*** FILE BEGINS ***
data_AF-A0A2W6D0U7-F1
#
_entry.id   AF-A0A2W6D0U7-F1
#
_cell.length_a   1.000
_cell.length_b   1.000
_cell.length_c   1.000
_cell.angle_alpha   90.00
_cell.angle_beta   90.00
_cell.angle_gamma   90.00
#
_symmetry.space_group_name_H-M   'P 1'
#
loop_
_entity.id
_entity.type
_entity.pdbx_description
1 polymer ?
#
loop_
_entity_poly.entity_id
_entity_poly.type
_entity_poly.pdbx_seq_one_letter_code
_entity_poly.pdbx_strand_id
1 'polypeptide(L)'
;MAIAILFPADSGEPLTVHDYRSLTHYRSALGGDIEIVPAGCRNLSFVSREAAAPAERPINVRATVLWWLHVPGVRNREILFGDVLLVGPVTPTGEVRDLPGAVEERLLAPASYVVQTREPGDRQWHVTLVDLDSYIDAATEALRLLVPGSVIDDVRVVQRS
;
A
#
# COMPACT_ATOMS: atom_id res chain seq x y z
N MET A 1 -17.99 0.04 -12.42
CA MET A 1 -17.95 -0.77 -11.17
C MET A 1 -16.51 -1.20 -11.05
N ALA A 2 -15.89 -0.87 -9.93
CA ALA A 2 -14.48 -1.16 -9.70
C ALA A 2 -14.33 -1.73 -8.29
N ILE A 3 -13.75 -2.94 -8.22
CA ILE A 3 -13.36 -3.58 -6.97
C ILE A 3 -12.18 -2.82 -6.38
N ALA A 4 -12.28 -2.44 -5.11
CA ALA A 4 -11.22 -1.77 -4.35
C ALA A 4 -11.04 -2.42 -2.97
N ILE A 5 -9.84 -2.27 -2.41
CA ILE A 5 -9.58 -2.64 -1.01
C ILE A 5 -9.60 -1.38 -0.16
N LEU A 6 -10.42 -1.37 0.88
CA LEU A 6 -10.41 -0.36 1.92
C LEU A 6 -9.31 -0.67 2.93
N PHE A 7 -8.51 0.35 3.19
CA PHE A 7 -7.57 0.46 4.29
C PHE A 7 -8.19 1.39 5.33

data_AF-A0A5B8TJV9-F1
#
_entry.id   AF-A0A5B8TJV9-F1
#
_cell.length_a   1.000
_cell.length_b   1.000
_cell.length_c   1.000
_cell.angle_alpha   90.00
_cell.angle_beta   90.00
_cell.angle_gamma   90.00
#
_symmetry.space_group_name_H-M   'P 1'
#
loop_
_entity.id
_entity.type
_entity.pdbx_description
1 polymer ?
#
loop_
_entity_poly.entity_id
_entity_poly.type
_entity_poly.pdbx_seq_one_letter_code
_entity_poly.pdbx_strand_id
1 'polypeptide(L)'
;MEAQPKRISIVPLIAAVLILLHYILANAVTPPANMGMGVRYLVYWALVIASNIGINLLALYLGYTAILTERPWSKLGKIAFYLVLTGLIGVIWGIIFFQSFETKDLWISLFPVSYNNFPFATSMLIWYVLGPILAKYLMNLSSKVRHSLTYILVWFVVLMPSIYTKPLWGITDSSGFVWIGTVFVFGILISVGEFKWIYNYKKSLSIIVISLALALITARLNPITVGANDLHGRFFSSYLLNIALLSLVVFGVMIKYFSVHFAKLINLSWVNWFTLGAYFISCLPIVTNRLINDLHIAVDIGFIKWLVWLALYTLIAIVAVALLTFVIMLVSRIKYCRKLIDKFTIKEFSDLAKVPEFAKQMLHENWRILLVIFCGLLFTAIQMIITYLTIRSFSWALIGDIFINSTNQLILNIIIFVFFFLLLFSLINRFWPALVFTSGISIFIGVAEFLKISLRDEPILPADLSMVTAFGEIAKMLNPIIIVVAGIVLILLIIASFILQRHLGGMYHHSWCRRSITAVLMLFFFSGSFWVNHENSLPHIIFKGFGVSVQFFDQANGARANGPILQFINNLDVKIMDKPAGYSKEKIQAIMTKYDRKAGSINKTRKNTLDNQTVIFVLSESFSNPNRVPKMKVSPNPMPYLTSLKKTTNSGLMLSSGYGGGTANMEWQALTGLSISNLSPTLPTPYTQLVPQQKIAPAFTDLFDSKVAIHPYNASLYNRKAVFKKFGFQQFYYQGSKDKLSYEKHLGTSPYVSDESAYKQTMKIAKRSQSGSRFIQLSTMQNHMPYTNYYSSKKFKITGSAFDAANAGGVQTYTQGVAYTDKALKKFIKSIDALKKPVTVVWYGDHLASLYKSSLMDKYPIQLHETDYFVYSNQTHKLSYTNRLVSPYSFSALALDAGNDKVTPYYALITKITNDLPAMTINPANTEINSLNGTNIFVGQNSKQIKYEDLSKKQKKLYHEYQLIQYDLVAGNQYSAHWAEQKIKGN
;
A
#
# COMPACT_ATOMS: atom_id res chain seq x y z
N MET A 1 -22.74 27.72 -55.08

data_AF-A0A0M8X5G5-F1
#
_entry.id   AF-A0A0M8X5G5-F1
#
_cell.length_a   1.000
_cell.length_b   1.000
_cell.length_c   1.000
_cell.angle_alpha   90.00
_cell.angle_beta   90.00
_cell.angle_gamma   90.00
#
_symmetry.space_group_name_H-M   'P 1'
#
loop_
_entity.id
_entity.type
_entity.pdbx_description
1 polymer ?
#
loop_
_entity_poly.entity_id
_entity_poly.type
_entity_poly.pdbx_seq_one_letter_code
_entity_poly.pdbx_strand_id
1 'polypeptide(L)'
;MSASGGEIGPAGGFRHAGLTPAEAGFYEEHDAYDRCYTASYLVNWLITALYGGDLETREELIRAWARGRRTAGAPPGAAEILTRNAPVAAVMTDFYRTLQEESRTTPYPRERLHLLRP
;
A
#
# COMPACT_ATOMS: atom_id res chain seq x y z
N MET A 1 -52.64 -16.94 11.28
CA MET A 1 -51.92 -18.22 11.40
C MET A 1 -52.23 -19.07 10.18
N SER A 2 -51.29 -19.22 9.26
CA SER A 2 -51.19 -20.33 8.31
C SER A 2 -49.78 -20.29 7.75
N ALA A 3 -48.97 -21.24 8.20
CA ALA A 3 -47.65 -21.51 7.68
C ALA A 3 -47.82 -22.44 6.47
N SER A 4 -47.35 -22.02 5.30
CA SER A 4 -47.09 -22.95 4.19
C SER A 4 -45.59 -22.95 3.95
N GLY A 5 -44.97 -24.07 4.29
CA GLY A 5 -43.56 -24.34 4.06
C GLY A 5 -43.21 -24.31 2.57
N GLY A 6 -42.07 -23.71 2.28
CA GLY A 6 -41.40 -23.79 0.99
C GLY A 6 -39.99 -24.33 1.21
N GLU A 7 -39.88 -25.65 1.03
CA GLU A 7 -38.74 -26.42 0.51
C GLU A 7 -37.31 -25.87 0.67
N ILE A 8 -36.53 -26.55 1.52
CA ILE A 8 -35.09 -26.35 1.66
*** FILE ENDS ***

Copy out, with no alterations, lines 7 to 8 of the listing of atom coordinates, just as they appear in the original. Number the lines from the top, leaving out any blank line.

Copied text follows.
_cell.length_c   1.000
_cell.angle_alpha   90.00